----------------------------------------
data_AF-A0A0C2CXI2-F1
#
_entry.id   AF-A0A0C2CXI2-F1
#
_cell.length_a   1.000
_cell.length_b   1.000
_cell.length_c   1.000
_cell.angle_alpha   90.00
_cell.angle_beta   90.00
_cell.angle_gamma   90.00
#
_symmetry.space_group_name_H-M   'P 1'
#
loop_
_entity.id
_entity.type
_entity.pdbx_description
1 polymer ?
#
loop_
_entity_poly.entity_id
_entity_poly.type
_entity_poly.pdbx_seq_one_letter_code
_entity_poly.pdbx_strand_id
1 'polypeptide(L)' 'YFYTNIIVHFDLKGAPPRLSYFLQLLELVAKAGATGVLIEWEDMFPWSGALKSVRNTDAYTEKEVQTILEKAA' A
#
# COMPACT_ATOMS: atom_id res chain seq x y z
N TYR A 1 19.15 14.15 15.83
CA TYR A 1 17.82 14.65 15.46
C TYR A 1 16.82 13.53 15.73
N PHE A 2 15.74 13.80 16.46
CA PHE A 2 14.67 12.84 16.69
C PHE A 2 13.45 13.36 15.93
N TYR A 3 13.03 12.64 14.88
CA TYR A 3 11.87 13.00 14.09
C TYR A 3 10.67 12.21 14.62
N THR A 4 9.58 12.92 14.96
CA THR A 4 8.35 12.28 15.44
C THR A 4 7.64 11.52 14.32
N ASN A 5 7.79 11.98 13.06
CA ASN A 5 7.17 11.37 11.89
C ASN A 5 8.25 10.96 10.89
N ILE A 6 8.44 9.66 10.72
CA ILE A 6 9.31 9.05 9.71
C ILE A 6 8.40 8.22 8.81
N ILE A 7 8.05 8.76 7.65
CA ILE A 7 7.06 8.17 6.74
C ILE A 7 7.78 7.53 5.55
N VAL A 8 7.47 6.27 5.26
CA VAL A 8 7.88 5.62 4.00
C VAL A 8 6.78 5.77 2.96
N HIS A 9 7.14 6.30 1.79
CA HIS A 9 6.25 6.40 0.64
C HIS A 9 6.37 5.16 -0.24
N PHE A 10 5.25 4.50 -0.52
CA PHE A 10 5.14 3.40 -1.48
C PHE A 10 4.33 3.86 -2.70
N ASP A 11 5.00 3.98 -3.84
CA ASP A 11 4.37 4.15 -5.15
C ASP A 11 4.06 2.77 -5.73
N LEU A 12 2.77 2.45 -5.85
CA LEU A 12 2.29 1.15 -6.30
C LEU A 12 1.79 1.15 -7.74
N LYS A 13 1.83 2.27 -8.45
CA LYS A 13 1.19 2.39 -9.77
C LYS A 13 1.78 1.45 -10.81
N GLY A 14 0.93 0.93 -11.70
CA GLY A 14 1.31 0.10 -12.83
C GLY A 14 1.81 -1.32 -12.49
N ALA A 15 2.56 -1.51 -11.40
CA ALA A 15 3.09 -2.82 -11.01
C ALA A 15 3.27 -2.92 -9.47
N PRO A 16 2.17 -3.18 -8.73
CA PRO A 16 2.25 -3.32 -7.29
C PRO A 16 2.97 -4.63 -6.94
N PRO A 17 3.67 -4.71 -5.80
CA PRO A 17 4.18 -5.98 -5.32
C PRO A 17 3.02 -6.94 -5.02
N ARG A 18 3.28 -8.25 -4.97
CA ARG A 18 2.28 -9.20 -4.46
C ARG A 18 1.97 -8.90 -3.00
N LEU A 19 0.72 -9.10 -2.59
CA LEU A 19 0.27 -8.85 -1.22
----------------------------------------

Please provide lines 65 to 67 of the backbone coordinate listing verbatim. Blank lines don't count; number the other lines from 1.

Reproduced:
CA LYS A 13 1.19 2.39 -9.77
C LYS A 13 1.78 1.45 -10.81
N GLY A 14 0.93 0.93 -11.70